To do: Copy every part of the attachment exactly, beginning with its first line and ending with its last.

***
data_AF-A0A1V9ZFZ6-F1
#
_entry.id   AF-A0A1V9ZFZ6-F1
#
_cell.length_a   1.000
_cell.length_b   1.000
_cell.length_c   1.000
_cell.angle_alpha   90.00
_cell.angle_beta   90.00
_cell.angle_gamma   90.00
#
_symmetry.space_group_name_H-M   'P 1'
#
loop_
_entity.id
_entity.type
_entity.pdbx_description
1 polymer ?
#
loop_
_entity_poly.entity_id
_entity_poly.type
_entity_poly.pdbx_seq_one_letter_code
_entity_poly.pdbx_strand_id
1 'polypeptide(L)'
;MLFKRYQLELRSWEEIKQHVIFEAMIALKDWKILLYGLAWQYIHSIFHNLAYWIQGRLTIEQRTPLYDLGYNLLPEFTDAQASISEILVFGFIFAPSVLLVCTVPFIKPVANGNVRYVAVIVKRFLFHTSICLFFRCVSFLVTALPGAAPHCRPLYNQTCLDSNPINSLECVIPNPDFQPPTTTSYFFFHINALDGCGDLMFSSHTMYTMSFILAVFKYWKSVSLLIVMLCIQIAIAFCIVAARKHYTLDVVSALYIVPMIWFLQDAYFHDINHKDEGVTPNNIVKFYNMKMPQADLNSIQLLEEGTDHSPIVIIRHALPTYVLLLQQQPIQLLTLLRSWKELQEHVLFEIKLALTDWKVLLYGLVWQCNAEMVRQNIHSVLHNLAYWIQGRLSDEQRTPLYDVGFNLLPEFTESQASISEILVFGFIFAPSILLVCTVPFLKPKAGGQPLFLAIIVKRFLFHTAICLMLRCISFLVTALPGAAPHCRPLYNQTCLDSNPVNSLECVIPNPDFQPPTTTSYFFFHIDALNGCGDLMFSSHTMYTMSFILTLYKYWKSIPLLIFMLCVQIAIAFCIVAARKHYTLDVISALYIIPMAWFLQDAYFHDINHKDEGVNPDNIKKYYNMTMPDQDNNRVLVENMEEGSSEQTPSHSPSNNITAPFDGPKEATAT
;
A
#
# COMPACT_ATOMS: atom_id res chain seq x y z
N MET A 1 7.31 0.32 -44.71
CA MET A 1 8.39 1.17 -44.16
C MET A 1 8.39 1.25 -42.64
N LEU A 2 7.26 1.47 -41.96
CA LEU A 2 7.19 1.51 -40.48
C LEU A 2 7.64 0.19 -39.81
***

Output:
data_AF-A0A1V9ZFZ6-F1
#
_entry.id   AF-A0A1V9ZFZ6-F1
#
_cell.length_a   1.000
_cell.length_b   1.000
_cell.length_c   1.000
_cell.angle_alpha   90.00
_cell.angle_beta   90.00
_cell.angle_gamma   90.00
#
_symmetry.space_group_name_H-M   'P 1'
#
loop_
_entity.id
_entity.type
_entity.pdbx_description
1 polymer ?
#
loop_
_entity_poly.entity_id
_entity_poly.type
_entity_poly.pdbx_seq_one_letter_code
_entity_poly.pdbx_strand_id
1 'polypeptide(L)'
;MLFKRYQLELRSWEEIKQHVIFEAMIALKDWKILLYGLAWQYIHSIFHNLAYWIQGRLTIEQRTPLYDLGYNLLPEFTDAQASISEILVFGFIFAPSVLLVCTVPFIKPVANGNVRYVAVIVKRFLFHTSICLFFRCVSFLVTALPGAAPHCRPLYNQTCLDSNPINSLECVIPNPDFQPPTTTSYFFFHINALDGCGDLMFSSHTMYTMSFILAVFKYWKSVSLLIVMLCIQIAIAFCIVAARKHYTLDVVSALYIVPMIWFLQDAYFHDINHKDEGVTPNNIVKFYNMKMPQADLNSIQLLEEGTDHSPIVIIRHALPTYVLLLQQQPIQLLTLLRSWKELQEHVLFEIKLALTDWKVLLYGLVWQCNAEMVRQNIHSVLHNLAYWIQGRLSDEQRTPLYDVGFNLLPEFTESQASISEILVFGFIFAPSILLVCTVPFLKPKAGGQPLFLAIIVKRFLFHTAICLMLRCISFLVTALPGAAPHCRPLYNQTCLDSNPVNSLECVIPNPDFQPPTTTSYFFFHIDALNGCGDLMFSSHTMYTMSFILTLYKYWKSIPLLIFMLCVQIAIAFCIVAARKHYTLDVISALYIIPMAWFLQDAYFHDINHKDEGVNPDNIKKYYNMTMPDQDNNRVLVENMEEGSSEQTPSHSPSNNITAPFDGPKEATAT
;
A
#
# COMPACT_ATOMS: atom_id res chain seq x y z
N MET A 1 7.31 0.32 -44.71
CA MET A 1 8.39 1.17 -44.16
C MET A 1 8.39 1.25 -42.64
N LEU A 2 7.26 1.47 -41.96
CA LEU A 2 7.19 1.51 -40.48
C LEU A 2 7.64 0.19 -39.81